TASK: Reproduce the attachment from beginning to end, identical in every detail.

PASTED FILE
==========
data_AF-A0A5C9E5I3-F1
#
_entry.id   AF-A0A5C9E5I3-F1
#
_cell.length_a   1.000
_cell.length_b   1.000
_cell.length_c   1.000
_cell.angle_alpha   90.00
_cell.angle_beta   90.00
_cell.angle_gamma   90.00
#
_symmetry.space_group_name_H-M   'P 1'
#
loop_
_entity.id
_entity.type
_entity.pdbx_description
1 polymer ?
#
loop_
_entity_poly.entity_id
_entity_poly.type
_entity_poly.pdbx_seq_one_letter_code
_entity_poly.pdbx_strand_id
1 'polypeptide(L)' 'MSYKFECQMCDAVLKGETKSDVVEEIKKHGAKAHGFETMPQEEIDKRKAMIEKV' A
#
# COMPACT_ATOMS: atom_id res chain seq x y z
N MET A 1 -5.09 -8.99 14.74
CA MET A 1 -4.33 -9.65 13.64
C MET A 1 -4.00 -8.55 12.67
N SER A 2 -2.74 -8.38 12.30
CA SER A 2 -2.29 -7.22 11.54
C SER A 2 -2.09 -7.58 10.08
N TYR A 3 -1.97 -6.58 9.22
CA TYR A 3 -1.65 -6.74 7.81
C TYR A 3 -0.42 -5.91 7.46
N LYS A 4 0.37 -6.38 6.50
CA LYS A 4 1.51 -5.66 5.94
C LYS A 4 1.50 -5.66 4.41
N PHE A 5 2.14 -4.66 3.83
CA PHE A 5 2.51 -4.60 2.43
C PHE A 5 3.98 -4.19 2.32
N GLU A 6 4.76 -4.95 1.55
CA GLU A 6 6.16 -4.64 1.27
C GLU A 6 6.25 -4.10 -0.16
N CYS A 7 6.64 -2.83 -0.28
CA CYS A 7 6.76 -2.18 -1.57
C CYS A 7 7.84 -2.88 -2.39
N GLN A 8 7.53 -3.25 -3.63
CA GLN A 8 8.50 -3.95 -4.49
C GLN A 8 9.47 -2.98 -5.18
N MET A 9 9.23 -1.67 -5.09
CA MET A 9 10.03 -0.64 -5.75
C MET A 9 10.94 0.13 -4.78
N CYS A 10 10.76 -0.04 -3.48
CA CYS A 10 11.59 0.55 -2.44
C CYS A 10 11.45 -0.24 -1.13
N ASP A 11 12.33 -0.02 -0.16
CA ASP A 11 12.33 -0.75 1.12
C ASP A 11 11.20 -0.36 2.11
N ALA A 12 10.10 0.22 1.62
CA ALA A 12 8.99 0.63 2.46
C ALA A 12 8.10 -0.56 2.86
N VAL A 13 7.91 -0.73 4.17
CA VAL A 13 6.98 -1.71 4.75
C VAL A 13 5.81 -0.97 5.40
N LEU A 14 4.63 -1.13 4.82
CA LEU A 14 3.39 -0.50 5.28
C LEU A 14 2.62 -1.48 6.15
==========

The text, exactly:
data_AF-A0A5C9E5I3-F1
#
_entry.id   AF-A0A5C9E5I3-F1
#
_cell.length_a   1.000
_cell.length_b   1.000
_cell.length_c   1.000
_cell.angle_alpha   90.00
_cell.angle_beta   90.00
_cell.angle_gamma   90.00
#
_symmetry.space_group_name_H-M   'P 1'
#
loop_
_entity.id
_entity.type
_entity.pdbx_description
1 polymer ?
#
loop_
_entity_poly.entity_id
_entity_poly.type
_entity_poly.pdbx_seq_one_letter_code
_entity_poly.pdbx_strand_id
1 'polypeptide(L)' 'MSYKFECQMCDAVLKGETKSDVVEEIKKHGAKAHGFETMPQEEIDKRKAMIEKV' A
#
# COMPACT_ATOMS: atom_id res chain seq x y z
N MET A 1 -5.09 -8.99 14.74
CA MET A 1 -4.33 -9.65 13.64
C MET A 1 -4.00 -8.55 12.67
N SER A 2 -2.74 -8.38 12.30
CA SER A 2 -2.29 -7.22 11.54
C SER A 2 -2.09 -7.58 10.08
N TYR A 3 -1.97 -6.58 9.22
CA TYR A 3 -1.65 -6.74 7.81
C TYR A 3 -0.42 -5.91 7.46
N LYS A 4 0.37 -6.38 6.50
CA LYS A 4 1.51 -5.66 5.94
C LYS A 4 1.50 -5.66 4.41
N PHE A 5 2.14 -4.66 3.83
CA PHE A 5 2.51 -4.60 2.43
C PHE A 5 3.98 -4.19 2.32
N GLU A 6 4.76 -4.95 1.55
CA GLU A 6 6.16 -4.64 1.27
C GLU A 6 6.25 -4.10 -0.16
N CYS A 7 6.64 -2.83 -0.28
CA CYS A 7 6.76 -2.18 -1.57
C CYS A 7 7.84 -2.88 -2.39
N GLN A 8 7.53 -3.25 -3.63
CA GLN A 8 8.50 -3.95 -4.49
C GLN A 8 9.47 -2.98 -5.18
N MET A 9 9.23 -1.67 -5.09
CA MET A 9 10.03 -0.64 -5.75
C MET A 9 10.94 0.13 -4.78
N CYS A 10 10.76 -0.04 -3.48
CA CYS A 10 11.59 0.55 -2.44
C CYS A 10 11.45 -0.24 -1.13
N ASP A 11 12.33 -0.02 -0.16
CA ASP A 11 12.33 -0.75 1.12
C ASP A 11 11.20 -0.36 2.11
N ALA A 12 10.10 0.22 1.62
CA ALA A 12 8.99 0.63 2.46
C ALA A 12 8.10 -0.56 2.86
N VAL A 13 7.91 -0.73 4.17
CA VAL A 13 6.98 -1.71 4.75
C VAL A 13 5.81 -0.97 5.40
N LEU A 14 4.63 -1.13 4.82
CA LEU A 14 3.39 -0.50 5.28
C LEU A 14 2.62 -1.48 6.15